Lessons in Leadership from General Sir Mike Jackson

April 12, 2017

The presentation by General Sir Mike Jackson, former head of the British Army, was, for many, the highlight of our first Elite meeting, and I thought I’d try to distil some of his pearls of wisdom for those of you who weren’t there.

General Mike pointed out that any group with a common purpose is a team, and all teams need leadership. He defined leadership as the capacity and the will to motivate people to work for a common purpose, and pointed out that a leader has failed if they rely on everyone just obeying the rules because they’re there.

He broke the leadership process down into:

  • Ends – where do you want to be? What’s the objective?
  • Means – what resources do you have, in terms of people, time, money etc ?
  • Ways – how to apply the means to achieve the objective – this is key!

There are likely to be multiple options, and doing nothing may be the best one, as long as it is a conscious choice. Whatever you choose, have a contingency plan.

When it comes to delegating, General Mike advocates laying down the required end and the

available means, and letting them find their own way (within reason!) to maximize their autonomy. He spoke about the balance between not being too distant, but not wanting to know every detail – the people at the top need ‘filters’ to help get this right.

He emphasized the importance of communication – both in terms of clarity and avoiding jargon, and in taking the time to communicate face to face where possible – spending ‘time on the road’ to ask, listen, praise and thank. When this isn’t feasible, try to make recipients feel like they have a stake in what’s happening, and to make the message as personal as possible.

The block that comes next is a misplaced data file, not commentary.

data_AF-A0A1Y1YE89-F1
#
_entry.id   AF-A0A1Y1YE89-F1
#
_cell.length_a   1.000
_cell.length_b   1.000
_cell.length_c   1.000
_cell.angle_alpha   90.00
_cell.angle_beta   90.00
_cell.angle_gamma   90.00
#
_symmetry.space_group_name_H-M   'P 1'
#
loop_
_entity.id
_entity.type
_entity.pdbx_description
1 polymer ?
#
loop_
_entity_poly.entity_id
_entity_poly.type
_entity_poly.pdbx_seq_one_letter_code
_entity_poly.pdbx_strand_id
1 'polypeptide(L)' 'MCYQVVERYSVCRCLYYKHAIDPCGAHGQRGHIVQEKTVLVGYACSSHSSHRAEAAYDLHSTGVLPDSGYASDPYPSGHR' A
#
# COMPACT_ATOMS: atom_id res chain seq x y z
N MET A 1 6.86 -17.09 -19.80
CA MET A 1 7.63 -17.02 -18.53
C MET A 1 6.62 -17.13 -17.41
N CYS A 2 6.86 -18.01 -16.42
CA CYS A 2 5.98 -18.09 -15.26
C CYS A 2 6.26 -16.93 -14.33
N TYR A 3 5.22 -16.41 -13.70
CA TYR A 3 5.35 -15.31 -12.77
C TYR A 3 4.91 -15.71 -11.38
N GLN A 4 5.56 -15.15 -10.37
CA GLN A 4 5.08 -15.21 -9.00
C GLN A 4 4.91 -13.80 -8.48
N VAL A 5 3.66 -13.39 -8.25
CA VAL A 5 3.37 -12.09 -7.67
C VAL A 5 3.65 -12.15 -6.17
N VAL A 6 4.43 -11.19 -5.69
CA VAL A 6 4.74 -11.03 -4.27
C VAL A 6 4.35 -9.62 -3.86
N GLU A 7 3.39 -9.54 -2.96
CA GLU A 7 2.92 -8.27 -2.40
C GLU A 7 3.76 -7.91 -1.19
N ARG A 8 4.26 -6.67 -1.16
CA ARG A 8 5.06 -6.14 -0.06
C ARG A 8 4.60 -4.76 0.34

So, how do you develop great leadership skills? In the British Army General Sir Mike explained how this was much less about formal leadership development programs than we had expected. Instead, he said there was a constant focus on leadership, and a lot of analysis of and reflection upon decisions and outcomes. Learning to be a leader was seen as a continuous process of gaining experience, sharing experience, reflecting on what went well, what less so, and considering how to do better next time. The Army ties this in with a very formal performance review process, using specific performance indicators to assess progress.

James was very pleased that General Sir Mike took the view that if you have someone who is causing trouble, or just doesn’t fit, then you have to choose either to muddle along and accept that you’re not going to make progress, or the individual has to be moved on. He sees change as something that may be challenging, but is essential.

One final word of caution – beware embellished progress reports from those keen to please – you need to be kept informed of what’s really happening. The flipside to this is ‘Don’t shoot the messenger’ – you need to be prepared to hear bad news and criticism, as well as the positive stuff.

Although it was somewhat overshadowed by the terrible events very nearby in Westminster that afternoon, it was a really enjoyable and informative day.